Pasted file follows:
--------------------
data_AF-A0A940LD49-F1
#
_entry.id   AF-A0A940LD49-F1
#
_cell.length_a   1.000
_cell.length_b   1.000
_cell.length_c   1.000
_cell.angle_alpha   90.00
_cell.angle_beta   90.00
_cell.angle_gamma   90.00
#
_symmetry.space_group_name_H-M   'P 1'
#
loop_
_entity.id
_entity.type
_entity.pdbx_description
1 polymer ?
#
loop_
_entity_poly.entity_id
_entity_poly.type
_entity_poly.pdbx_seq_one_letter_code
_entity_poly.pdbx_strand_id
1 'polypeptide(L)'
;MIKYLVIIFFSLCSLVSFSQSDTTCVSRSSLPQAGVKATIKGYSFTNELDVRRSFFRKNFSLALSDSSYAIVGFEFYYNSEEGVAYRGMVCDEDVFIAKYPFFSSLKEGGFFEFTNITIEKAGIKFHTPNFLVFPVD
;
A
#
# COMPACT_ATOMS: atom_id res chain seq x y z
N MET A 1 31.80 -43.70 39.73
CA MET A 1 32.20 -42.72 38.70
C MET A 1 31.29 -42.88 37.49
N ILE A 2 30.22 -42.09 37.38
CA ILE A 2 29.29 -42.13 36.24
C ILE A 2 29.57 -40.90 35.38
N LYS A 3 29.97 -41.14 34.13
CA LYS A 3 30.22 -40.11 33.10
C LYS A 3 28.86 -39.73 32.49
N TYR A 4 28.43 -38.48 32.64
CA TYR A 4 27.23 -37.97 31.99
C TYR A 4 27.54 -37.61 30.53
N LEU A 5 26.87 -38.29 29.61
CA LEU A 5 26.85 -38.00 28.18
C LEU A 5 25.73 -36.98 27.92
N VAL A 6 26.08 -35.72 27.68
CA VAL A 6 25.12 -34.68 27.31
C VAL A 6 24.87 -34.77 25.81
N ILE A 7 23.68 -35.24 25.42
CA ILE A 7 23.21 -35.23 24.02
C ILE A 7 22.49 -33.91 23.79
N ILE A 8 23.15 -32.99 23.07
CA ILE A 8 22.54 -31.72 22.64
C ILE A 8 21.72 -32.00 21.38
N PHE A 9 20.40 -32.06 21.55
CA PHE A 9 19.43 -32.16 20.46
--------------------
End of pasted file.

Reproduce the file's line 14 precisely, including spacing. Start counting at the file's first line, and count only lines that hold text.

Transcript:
loop_